Skrillex’s ‘Quest for Fire’ results in a dim flame 


Remember Skrillex? Love him or hate him, you cannot deny the massive impact his specific brand of electronic music brought upon the mainstream. From iconic tracks such as “Scary Monsters and Nice Sprites,” “Bangarang” and “First of the Year (Equinox)” to his work with artists such as A$AP Rocky and Justin Bieber, Skrillex dominated the first half of the 2010s. To the delight of electronic music fans and the horror of parents, he has returned with “Quest for Fire.” The first of two releases planned for this year, this is Skrillex’s first full-length album since his collaborative effort with Diplo in 2015, “Skrillex and Diplo Present Jack Ü.” 

“Quest for Fire” feels like an attempt to rekindle the flame of EDM in the mainstream. Featuring a slew of over 20 artists with a variety of musical backgrounds across 15 tracks, this album has a clear sense of community. 

While “Quest for Fire” is largely built around the sounds of trap and dubstep, Skrillex utilizes numerous other electronic music genres on individual songs. The opening track, “Leave Me Like This,” is a prime example. Hypnotic vocals from Bobby Raps are placed at the forefront of a dark, entrancing house beat. It’s repetitive in all the best ways.  

“RATATA” showcases Missy Elliott in top form as she spits nonstop over skittering synths and what sounds like water dripping from a faucet. If you couldn’t tell from the first two songs, Skrillex’s sound design remains some of the best in his class.  

Skrillex continues to bring the heat for the first half of “Quest for Fire.” The menacing “Tears” features UK drill-inspired rhythms and atmospheric vocal chops. “Inhale Exhale” is relentless. The song feels created purely for its drops, but because they are so well-crafted, the other sections are elevated, building anticipation and suspense. 

“XENA,” featuring Arabic vocals from Nai Barghouti, gave me the sense that I was being chased (in a good way, of course). The call and response between Barghouti’s vocals and the track’s chaotic percussion rhythms towards the end is pulled off incredibly well.  

Unfortunately, “XENA” is (mostly) where my praise of this album ends. “TOO BIZARRE (juked)” with its festival-ready sound feels very out of place following the previous batch of songs. Swae Lee’s performance on the track also takes some getting used to.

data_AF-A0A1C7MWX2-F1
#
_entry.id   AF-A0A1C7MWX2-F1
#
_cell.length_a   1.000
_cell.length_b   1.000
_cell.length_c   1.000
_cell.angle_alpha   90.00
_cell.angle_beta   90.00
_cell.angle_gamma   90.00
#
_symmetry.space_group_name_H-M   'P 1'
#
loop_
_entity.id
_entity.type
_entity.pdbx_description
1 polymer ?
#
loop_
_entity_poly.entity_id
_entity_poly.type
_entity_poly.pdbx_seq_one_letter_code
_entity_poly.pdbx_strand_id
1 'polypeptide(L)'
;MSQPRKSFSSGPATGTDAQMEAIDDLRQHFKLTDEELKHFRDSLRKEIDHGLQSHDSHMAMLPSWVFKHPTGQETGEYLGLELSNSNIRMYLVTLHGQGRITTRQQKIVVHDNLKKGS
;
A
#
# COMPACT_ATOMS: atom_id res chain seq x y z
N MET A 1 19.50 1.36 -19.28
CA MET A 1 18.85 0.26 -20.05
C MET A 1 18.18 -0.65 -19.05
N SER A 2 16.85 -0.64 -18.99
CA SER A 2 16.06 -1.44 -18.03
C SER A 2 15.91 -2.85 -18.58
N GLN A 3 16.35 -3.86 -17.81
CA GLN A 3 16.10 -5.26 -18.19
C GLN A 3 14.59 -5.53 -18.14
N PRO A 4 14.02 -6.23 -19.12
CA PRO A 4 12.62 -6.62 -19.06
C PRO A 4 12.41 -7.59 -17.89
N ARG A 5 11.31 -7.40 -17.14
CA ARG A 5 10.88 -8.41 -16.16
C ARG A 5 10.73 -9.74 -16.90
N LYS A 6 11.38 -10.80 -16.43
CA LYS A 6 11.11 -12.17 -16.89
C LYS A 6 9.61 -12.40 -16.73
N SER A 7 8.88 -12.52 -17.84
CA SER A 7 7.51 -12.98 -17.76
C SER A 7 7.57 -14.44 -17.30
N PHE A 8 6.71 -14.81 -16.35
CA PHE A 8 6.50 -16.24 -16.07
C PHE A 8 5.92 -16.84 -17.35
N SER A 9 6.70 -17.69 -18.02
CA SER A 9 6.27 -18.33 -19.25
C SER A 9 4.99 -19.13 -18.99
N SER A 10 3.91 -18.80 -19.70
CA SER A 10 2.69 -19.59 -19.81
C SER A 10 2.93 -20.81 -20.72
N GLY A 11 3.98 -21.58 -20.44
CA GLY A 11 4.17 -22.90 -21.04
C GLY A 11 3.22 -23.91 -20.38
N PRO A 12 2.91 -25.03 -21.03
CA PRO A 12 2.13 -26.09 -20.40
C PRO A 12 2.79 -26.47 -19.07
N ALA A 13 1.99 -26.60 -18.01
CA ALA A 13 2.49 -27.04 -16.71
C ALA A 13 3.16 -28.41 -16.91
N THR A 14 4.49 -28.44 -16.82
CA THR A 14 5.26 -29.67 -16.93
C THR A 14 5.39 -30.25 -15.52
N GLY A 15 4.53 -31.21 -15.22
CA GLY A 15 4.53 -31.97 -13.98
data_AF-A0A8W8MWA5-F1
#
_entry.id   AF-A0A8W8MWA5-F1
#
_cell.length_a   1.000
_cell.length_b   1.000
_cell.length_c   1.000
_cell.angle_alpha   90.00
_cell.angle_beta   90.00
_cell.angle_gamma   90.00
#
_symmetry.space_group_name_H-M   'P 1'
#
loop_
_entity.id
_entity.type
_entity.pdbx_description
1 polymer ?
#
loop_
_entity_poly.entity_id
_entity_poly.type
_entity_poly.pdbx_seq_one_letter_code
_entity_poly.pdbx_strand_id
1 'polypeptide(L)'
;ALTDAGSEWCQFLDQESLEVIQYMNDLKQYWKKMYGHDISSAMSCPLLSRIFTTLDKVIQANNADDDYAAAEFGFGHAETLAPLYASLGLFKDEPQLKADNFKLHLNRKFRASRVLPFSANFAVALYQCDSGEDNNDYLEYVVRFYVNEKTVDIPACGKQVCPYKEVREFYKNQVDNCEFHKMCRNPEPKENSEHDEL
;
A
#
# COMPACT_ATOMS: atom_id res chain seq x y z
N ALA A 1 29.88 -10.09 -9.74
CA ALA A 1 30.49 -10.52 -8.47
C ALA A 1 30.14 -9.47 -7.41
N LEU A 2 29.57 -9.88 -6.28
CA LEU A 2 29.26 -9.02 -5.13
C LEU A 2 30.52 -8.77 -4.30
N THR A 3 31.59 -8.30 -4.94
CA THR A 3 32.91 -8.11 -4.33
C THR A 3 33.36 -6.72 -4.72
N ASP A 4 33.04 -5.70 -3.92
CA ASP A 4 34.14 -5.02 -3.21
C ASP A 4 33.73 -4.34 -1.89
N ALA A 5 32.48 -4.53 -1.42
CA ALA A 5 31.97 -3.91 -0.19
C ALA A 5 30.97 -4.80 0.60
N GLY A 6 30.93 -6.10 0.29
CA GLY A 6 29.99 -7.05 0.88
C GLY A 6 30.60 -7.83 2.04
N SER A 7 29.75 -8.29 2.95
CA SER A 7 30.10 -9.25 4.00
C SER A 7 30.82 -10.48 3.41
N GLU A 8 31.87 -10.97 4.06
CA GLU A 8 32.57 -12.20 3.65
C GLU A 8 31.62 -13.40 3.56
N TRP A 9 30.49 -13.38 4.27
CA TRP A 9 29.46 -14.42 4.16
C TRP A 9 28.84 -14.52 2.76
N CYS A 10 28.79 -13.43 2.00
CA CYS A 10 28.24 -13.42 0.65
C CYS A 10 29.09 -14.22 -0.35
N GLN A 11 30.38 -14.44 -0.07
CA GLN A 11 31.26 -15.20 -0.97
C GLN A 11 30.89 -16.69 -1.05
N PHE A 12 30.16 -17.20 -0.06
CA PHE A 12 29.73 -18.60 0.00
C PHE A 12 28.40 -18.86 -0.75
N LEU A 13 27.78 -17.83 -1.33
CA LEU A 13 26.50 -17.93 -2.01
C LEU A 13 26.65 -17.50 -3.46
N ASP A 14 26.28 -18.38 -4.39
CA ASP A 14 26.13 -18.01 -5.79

By the time “Good Space” finishes, two things about this album become clear. The first is that “Quest for Fire’s” second half contains more radio-friendly, safe stylings. The second is that when it comes to fresh ideas, Skrillex seems to be running out of fuel. “Good Space’s” drop is uncannily similar to that of “Face My Fears,” a song he created with Hikaru Utada in 2019. For most of the latter half, songs come and go without leaving much of an impact or establishing a unique identity among the rest of the track list.  

Thankfully, Skrillex finds a bit of a spark in the end. “Hazel Theme” is simply pretty, sounding like the light at the end of a tunnel and providing an excellent contrast in sound. It then transitions perfectly into the album’s closing track, “Still Here (with the ones that I came with).” This feels like a heartfelt celebration of Skrillex’s career as well as a touching tribute to his friends. Its two main vocal passages, courtesy of Snoh Aalegra and Bibi Bourelly, mix together perfectly with a thumping garage beat. Ethereal backing vocals and a synth passage that could have come straight from 2011 completes the mix.  

Yes, “Quest for Fire” boasts a good amount of quality tracks, especially in its first half. Skrillex’s progression as an artist is on full display. However, as a complete album experience, this album is simply alright. If nothing else, I am happy Skrillex is back.  

Rating: 5/10   

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